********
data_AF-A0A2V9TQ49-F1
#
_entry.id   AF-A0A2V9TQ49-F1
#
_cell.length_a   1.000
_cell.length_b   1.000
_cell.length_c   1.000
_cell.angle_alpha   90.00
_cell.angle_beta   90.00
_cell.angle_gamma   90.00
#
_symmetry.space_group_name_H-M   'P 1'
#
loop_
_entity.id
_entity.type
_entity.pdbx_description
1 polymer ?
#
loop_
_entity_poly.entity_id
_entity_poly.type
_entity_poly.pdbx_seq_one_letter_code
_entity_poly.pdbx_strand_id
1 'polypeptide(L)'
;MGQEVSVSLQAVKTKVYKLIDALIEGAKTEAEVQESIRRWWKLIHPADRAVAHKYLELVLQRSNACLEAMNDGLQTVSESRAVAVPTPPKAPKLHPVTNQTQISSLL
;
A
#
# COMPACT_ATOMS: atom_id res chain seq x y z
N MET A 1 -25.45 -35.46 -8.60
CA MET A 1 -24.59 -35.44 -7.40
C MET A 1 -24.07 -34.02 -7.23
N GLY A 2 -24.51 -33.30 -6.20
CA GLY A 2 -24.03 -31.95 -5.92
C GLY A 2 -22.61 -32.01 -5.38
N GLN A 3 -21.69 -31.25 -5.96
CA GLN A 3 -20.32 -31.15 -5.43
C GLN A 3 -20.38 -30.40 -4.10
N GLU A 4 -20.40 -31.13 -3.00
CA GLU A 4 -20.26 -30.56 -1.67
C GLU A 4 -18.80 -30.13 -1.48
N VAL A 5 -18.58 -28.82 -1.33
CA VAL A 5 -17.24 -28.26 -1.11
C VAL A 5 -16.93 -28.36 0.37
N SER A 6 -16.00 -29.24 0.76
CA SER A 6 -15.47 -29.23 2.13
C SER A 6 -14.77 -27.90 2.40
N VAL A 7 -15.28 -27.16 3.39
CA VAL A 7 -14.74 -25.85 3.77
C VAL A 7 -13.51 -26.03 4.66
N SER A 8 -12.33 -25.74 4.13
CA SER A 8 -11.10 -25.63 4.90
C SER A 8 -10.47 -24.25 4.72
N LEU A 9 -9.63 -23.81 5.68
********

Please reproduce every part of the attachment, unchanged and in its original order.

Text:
data_AF-A0A2V9TQ49-F1
#
_entry.id   AF-A0A2V9TQ49-F1
#
_cell.length_a   1.000
_cell.length_b   1.000
_cell.length_c   1.000
_cell.angle_alpha   90.00
_cell.angle_beta   90.00
_cell.angle_gamma   90.00
#
_symmetry.space_group_name_H-M   'P 1'
#
loop_
_entity.id
_entity.type
_entity.pdbx_description
1 polymer ?
#
loop_
_entity_poly.entity_id
_entity_poly.type
_entity_poly.pdbx_seq_one_letter_code
_entity_poly.pdbx_strand_id
1 'polypeptide(L)'
;MGQEVSVSLQAVKTKVYKLIDALIEGAKTEAEVQESIRRWWKLIHPADRAVAHKYLELVLQRSNACLEAMNDGLQTVSESRAVAVPTPPKAPKLHPVTNQTQISSLL
;
A
#
# COMPACT_ATOMS: atom_id res chain seq x y z
N MET A 1 -25.45 -35.46 -8.60
CA MET A 1 -24.59 -35.44 -7.40
C MET A 1 -24.07 -34.02 -7.23
N GLY A 2 -24.51 -33.30 -6.20
CA GLY A 2 -24.03 -31.95 -5.92
C GLY A 2 -22.61 -32.01 -5.38
N GLN A 3 -21.69 -31.25 -5.96
CA GLN A 3 -20.32 -31.15 -5.43
C GLN A 3 -20.38 -30.40 -4.10
N GLU A 4 -20.40 -31.13 -3.00
CA GLU A 4 -20.26 -30.56 -1.67
C GLU A 4 -18.80 -30.13 -1.48
N VAL A 5 -18.58 -28.82 -1.33
CA VAL A 5 -17.24 -28.26 -1.11
C VAL A 5 -16.93 -28.36 0.37
N SER A 6 -16.00 -29.24 0.76
CA SER A 6 -15.47 -29.23 2.13
C SER A 6 -14.77 -27.90 2.40
N VAL A 7 -15.28 -27.16 3.39
CA VAL A 7 -14.74 -25.85 3.77
C VAL A 7 -13.51 -26.03 4.66
N SER A 8 -12.33 -25.74 4.13
CA SER A 8 -11.10 -25.63 4.90
C SER A 8 -10.47 -24.25 4.72
N LEU A 9 -9.63 -23.81 5.68